The second-largest settlement of the decade was a $1.5 million payment last year to John James, a motorcyclist shot in the leg by Officer Richard DeCoatsworth in 2009.

In a subsequent trial, a jury found James guilty of reckless endangerment and fleeing an officer but acquitted him of the more serious charge of aggravated assault.

DeCoatsworth is the former hero officer who survived a shotgun blast to the face and who sat next to the first lady when President Obama addressed Congress in 2009. Last month, the officer was charged with raping two women at gunpoint.

Paul J. Hetznecker, a Philadelphia lawyer suing the department over an unarmed man police shot dead in a stolen car two years ago, said reviews by police Internal Affairs and prosecutors had been virtually meaningless for many years.

"It's an entrenched culture that has failed to train and to investigate excessive force over decades," he said. "It has reached a crisis point."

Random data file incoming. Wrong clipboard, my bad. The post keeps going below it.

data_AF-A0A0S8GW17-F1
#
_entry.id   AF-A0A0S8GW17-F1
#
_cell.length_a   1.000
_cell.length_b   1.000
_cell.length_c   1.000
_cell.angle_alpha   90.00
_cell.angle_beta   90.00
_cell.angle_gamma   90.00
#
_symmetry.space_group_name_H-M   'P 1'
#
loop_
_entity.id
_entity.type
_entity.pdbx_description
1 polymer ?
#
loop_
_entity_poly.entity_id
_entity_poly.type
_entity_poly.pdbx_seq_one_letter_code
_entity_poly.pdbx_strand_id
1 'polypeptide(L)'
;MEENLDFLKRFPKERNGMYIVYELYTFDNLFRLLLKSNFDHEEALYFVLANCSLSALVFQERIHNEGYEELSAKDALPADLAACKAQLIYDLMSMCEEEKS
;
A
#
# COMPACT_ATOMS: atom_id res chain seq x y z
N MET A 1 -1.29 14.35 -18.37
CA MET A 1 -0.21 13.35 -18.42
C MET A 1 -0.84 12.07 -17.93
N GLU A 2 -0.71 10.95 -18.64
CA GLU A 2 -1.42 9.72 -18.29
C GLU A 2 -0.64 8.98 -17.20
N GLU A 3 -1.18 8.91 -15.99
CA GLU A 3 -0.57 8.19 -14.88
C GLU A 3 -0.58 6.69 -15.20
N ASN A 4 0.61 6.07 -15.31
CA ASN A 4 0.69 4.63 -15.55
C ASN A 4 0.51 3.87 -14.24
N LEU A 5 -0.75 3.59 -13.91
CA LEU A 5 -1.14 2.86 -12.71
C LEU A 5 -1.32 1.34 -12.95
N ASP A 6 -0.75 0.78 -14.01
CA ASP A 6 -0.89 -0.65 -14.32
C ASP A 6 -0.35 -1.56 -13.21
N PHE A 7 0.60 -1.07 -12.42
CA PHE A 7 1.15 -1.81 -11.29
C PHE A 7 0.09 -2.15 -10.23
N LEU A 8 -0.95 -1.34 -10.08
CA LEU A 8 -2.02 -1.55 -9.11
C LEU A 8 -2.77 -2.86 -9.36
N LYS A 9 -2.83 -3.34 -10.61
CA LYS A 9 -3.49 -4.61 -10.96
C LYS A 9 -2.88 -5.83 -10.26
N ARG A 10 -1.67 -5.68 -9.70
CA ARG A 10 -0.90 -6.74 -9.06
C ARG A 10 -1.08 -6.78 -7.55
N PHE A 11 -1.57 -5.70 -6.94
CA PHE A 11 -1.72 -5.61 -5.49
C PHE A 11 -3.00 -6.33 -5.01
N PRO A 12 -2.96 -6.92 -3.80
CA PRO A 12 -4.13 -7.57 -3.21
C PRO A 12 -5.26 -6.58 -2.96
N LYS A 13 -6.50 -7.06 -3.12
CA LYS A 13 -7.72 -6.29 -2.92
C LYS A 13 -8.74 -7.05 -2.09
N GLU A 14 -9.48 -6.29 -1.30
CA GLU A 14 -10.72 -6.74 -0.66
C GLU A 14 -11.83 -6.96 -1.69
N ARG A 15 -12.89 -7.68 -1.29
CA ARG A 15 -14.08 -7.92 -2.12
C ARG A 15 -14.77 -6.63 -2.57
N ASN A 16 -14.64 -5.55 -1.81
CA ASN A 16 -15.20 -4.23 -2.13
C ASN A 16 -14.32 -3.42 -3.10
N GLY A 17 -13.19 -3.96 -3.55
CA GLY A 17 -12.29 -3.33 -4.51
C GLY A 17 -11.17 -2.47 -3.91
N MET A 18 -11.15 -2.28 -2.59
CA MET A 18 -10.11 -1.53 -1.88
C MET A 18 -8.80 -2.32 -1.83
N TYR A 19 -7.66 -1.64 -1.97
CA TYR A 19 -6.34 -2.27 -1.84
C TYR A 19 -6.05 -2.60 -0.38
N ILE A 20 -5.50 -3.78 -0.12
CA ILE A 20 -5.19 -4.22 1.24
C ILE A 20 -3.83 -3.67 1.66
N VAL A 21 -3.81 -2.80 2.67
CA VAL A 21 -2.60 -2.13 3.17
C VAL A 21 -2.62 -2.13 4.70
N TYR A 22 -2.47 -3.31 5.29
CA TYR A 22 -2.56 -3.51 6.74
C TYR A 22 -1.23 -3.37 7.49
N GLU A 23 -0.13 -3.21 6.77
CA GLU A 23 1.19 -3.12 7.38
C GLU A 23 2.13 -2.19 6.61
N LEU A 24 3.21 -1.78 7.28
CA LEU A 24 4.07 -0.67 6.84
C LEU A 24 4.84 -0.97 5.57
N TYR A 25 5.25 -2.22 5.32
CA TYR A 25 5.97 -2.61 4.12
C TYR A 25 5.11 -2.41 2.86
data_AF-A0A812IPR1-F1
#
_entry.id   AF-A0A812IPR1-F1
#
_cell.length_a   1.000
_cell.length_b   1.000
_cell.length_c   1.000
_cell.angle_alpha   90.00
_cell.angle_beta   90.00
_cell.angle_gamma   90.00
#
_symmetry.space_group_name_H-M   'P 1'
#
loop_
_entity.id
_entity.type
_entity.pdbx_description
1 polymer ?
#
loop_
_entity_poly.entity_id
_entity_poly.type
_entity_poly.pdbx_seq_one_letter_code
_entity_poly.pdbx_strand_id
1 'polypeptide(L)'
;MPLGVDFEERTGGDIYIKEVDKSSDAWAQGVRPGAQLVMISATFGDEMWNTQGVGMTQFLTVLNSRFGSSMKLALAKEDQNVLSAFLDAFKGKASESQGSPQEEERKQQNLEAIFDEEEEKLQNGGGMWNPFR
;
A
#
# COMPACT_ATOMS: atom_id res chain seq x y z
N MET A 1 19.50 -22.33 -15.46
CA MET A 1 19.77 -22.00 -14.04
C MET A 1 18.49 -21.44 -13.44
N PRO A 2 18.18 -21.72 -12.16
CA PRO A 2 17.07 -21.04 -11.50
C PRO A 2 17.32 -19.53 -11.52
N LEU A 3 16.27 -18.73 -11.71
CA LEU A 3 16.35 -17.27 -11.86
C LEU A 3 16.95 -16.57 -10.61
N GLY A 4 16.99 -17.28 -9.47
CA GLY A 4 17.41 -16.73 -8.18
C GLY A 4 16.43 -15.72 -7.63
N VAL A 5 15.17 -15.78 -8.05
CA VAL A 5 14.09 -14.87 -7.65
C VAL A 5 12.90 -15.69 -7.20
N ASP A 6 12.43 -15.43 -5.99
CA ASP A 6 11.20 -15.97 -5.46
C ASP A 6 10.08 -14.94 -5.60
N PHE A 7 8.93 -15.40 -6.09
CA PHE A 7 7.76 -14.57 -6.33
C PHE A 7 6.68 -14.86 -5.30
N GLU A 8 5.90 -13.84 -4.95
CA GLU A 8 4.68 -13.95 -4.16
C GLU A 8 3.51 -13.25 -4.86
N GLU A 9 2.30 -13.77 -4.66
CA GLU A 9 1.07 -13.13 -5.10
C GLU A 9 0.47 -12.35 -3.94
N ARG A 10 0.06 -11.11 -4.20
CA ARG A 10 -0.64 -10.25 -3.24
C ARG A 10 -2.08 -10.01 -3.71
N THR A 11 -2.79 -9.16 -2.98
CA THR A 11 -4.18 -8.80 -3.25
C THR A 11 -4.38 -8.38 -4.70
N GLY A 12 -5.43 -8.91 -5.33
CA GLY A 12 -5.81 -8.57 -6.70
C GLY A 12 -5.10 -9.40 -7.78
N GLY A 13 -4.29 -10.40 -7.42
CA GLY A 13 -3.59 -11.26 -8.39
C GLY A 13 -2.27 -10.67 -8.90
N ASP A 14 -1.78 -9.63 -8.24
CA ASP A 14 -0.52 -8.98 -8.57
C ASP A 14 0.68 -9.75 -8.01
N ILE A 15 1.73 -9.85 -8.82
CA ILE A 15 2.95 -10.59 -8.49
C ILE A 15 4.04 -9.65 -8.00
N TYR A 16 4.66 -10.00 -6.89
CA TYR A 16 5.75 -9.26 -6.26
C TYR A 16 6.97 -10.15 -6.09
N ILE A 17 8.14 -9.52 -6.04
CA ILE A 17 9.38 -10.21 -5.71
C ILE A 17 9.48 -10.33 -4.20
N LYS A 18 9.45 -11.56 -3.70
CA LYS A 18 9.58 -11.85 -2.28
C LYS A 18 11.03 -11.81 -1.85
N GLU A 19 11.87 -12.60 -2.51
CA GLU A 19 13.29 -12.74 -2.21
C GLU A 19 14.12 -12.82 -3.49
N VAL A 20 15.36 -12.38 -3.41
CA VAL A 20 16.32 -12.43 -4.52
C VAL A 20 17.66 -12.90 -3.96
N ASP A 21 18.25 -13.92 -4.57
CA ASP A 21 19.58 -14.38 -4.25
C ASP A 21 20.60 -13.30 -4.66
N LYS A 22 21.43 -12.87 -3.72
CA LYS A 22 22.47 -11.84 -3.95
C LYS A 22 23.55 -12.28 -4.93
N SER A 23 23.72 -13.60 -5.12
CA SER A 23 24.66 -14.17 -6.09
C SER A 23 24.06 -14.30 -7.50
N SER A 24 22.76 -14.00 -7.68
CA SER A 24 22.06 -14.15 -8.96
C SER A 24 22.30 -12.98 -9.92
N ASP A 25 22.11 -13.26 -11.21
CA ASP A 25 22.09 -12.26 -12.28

In a news conference Friday, Ramsey said that even with the flurry of gunfire, Philadelphia appeared to be on track to have fewer police shootings this year compared with last year. So far this year, police have shot 22 people.

"I expect our officers to protect themselves and the public," Mayor Nutter said at the news conference.

For Ramsey, there was a bit of deja vu in his request for help.

In 1999, a year after he took command of police in Washington, Ramsey asked the U.S. Justice Department to study that department's firearms policies. He did so after the Washington Post found D.C. police shot and killed people at a higher rate than any other major city police force.

Over time, that behavior changed. By 2000, D.C police use of firearms had fallen by half compared with three years earlier.